Prove that, given any three parallel lines, an equilateral triangle
always exists with one vertex on each of the three lines.
Choose a couple of the sequences. Try to picture how to make the next, and the next, and the next... Can you describe your reasoning?
The diagonal of a square intersects the line joining one of the unused corners to the midpoint of the opposite side. What do you notice about the line segments produced?
A serious but easily readable discussion of proof in mathematics with some amusing stories and some interesting examples.
Can you see how this picture illustrates the formula for the sum of
the first six cube numbers?
This is an interactivity in which you have to sort the steps in the
completion of the square into the correct order to prove the
formula for the solutions of quadratic equations.
What fractions can you divide the diagonal of a square into by simple folding?
Can you discover whether this is a fair game?
This article stems from research on the teaching of proof and
offers guidance on how to move learners from focussing on
experimental arguments to mathematical arguments and deductive
The country Sixtania prints postage stamps with only three values 6 lucres, 10 lucres and 15 lucres (where the currency is in lucres).Which values cannot be made up with combinations of these postage. . . .
It is impossible to trisect an angle using only ruler and compasses
but it can be done using a carpenter's square.
Show that if you add 1 to the product of four consecutive numbers
the answer is ALWAYS a perfect square.
Find the smallest positive integer N such that N/2 is a perfect
cube, N/3 is a perfect fifth power and N/5 is a perfect seventh
What can you say about the lengths of the sides of a quadrilateral whose vertices are on a unit circle?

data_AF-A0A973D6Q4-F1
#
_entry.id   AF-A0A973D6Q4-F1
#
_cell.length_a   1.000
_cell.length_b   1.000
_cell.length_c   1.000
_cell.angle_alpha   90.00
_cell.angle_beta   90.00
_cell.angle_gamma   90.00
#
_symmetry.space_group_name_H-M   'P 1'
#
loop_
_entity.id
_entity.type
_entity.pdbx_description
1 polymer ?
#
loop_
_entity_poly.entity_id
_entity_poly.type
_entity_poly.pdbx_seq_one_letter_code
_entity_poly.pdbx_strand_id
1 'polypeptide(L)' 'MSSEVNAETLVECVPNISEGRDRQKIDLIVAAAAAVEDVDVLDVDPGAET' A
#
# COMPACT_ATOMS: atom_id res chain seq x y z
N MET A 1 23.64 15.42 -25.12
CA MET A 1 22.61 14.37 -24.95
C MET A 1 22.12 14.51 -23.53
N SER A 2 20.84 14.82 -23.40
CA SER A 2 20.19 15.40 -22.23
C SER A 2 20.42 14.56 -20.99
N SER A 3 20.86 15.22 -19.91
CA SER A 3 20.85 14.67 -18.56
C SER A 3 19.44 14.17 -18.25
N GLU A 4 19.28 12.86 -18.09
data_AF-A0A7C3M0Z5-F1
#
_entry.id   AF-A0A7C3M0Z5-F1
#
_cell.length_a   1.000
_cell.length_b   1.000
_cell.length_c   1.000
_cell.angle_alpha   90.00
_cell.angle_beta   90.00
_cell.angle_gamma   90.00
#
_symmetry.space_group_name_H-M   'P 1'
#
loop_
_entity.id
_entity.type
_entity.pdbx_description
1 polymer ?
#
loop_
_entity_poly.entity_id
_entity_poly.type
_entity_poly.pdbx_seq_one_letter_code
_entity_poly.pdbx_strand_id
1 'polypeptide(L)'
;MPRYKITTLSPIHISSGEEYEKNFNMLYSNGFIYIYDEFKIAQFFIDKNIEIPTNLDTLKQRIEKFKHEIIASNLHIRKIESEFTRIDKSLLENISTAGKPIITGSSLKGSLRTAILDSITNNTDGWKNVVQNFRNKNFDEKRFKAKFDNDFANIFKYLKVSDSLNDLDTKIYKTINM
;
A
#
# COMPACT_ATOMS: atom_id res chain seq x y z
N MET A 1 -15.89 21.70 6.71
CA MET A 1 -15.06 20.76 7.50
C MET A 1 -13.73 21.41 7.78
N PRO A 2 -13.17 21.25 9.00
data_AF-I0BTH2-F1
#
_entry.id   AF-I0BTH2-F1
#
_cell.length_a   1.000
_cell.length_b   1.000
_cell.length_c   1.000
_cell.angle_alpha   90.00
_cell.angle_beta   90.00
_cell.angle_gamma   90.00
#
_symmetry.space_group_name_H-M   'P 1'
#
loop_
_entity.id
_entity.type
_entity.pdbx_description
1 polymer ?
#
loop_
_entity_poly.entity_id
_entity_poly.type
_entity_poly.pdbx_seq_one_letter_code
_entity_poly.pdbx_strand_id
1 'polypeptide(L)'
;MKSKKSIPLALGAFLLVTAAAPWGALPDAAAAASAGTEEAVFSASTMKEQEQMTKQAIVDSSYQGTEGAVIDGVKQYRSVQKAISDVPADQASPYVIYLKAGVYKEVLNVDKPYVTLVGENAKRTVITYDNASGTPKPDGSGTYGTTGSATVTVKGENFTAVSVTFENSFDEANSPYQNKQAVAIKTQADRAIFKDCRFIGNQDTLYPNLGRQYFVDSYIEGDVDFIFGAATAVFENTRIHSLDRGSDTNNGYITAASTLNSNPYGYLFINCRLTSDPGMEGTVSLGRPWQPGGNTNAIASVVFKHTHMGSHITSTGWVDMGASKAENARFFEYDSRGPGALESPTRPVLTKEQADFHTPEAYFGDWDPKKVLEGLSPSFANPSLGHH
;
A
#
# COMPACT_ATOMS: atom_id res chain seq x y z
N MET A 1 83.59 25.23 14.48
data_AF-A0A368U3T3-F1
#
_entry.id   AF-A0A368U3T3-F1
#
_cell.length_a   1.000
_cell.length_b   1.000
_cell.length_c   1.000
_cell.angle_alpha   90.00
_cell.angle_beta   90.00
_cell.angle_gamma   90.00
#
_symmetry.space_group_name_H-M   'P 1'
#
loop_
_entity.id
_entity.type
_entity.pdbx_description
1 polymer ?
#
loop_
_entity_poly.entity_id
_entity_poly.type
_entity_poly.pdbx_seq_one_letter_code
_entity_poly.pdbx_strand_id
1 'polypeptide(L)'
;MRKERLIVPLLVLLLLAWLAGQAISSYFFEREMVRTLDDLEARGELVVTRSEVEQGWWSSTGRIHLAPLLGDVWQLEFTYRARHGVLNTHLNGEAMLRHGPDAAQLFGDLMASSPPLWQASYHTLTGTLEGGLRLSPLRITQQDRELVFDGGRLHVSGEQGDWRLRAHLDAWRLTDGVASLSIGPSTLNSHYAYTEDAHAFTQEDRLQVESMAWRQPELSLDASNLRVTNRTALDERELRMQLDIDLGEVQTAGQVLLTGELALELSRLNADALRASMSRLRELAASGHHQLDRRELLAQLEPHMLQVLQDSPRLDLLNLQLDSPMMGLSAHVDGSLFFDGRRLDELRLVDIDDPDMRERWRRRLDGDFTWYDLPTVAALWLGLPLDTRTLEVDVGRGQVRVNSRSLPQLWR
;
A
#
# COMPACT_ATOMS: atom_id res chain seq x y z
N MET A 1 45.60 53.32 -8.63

The first of two articles on Pythagorean Triples which asks how many right angled triangles can you find with the lengths of each side exactly a whole number measurement. Try it!
The nth term of a sequence is given by the formula n^3 + 11n . Find
the first four terms of the sequence given by this formula and the
first term of the sequence which is bigger than one million. . . .
This is the second article on right-angled triangles whose edge lengths are whole numbers.
Take any whole number between 1 and 999, add the squares of the
digits to get a new number. Make some conjectures about what
happens in general.
This article looks at knight's moves on a chess board and introduces you to the idea of vectors and vector addition.
In this third of five articles we prove that whatever whole number we start with for the Happy Number sequence we will always end up with some set of numbers being repeated over and over again.
This article extends the discussions in "Whole number dynamics I". Continuing the proof that, for all starting points, the Happy Number sequence goes into a loop or homes in on a fixed point.
The first of five articles concentrating on whole number dynamics, ideas of general dynamical systems are introduced and seen in concrete cases.
I am exactly n times my daughter's age. In m years I shall be ... How old am I?
Explore the continued fraction: 2+3/(2+3/(2+3/2+...)) What do you
notice when successive terms are taken? What happens to the terms
if the fraction goes on indefinitely?
A huge wheel is rolling past your window. What do you see?
If you think that mathematical proof is really clearcut and